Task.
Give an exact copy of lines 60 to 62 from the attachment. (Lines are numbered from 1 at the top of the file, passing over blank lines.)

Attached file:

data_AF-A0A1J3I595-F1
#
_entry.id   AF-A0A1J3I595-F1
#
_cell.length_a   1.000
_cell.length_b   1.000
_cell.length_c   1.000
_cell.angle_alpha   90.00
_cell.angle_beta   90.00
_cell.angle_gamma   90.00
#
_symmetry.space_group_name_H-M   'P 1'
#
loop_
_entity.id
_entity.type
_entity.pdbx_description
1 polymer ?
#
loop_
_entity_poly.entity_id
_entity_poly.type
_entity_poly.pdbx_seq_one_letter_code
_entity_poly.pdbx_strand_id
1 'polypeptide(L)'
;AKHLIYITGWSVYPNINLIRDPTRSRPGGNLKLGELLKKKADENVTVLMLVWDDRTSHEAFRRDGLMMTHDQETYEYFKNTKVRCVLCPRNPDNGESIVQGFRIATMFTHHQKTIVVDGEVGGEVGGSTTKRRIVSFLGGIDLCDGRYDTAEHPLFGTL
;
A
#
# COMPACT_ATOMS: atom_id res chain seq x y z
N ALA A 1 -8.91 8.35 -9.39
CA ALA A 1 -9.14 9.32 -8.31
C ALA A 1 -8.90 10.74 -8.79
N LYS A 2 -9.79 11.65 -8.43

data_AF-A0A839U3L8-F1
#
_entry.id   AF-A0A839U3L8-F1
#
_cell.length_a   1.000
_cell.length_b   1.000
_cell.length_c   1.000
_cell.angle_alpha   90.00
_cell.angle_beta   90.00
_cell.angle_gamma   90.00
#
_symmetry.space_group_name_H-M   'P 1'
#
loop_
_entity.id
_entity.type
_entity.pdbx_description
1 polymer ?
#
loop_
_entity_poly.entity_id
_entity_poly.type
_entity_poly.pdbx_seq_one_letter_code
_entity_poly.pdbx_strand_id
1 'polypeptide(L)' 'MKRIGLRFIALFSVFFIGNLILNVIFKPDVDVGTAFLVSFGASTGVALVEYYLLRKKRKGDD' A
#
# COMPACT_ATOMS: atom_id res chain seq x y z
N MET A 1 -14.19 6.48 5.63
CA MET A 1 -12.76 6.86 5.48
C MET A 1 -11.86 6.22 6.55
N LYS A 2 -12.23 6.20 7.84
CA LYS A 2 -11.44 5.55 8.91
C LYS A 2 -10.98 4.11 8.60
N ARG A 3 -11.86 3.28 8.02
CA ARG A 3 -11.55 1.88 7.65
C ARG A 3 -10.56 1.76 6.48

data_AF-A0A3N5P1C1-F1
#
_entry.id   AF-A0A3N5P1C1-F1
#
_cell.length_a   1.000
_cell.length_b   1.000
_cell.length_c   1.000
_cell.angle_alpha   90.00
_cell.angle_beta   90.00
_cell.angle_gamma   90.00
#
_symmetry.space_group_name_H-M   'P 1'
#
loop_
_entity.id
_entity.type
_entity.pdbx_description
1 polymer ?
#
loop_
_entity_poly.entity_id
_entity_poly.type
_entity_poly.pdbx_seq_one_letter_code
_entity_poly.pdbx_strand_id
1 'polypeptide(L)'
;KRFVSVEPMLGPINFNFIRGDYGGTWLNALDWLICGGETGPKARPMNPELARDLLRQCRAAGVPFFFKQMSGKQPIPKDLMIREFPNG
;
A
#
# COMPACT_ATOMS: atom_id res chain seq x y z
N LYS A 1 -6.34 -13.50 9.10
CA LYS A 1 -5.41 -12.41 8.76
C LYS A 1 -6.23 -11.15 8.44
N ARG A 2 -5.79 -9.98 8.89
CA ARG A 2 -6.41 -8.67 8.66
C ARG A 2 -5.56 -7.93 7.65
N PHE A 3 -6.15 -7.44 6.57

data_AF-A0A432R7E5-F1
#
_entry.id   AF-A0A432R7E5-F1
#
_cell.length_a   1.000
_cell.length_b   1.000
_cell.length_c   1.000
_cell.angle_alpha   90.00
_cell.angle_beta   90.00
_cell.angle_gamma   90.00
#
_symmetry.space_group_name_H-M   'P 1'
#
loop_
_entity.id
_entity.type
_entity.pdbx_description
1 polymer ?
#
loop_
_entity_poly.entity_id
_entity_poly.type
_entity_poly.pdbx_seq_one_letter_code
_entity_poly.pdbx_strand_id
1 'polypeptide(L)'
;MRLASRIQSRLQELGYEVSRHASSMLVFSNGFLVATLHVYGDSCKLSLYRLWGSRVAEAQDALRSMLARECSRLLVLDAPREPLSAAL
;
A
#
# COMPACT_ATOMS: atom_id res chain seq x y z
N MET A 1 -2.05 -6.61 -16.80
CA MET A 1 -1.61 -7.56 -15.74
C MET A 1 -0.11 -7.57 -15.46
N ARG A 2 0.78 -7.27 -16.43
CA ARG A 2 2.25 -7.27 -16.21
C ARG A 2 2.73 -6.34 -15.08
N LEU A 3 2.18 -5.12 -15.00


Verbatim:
#
# COMPACT_ATOMS: atom_id res chain seq x y z
N MET A 1 -14.19 6.48 5.63